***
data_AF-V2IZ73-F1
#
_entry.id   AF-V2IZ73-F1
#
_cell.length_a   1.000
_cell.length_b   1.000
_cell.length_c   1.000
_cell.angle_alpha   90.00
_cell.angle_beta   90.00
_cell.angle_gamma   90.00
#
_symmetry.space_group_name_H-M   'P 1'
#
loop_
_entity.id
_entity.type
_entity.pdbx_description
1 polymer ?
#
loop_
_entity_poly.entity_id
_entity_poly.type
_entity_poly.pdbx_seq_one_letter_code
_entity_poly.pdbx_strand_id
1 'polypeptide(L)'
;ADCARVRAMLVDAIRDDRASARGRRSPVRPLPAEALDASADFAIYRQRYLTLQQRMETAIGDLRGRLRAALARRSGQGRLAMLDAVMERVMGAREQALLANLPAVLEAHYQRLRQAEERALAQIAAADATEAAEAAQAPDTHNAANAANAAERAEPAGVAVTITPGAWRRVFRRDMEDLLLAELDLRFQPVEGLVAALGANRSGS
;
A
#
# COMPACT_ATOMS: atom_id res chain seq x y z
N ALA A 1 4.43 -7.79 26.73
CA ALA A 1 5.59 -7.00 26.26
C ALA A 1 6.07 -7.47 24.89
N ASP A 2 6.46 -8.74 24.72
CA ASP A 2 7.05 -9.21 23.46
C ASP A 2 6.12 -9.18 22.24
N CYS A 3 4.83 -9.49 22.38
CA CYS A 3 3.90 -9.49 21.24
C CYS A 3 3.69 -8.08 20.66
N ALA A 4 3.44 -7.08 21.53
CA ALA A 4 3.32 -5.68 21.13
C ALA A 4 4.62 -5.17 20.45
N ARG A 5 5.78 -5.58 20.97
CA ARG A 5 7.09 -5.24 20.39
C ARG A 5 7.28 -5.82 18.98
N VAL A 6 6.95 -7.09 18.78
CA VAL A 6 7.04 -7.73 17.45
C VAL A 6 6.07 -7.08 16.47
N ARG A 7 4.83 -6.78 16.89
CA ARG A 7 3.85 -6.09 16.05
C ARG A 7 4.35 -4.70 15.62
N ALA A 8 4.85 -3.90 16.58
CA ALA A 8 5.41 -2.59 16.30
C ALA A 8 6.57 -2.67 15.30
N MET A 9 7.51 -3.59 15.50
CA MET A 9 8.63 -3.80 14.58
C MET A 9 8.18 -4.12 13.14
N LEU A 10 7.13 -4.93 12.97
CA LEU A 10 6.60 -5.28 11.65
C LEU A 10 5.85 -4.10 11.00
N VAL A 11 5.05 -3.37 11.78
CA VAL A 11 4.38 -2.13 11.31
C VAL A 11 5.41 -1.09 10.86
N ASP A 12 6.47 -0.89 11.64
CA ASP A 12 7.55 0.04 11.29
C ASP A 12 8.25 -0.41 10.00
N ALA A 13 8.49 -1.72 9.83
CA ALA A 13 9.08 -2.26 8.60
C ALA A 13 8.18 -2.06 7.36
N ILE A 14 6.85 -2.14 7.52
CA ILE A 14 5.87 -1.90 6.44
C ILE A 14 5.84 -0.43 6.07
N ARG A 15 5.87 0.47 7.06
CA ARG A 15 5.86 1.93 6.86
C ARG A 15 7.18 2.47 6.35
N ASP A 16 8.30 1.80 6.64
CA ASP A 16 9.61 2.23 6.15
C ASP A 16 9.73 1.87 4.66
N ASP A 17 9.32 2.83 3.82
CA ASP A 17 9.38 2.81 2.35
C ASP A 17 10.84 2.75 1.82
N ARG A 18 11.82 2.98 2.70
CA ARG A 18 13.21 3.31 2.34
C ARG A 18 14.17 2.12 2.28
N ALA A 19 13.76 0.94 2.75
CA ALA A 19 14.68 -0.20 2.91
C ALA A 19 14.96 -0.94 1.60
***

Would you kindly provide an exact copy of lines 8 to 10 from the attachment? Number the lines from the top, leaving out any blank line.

_cell.angle_alpha   90.00
_cell.angle_beta   90.00
_cell.angle_gamma   90.00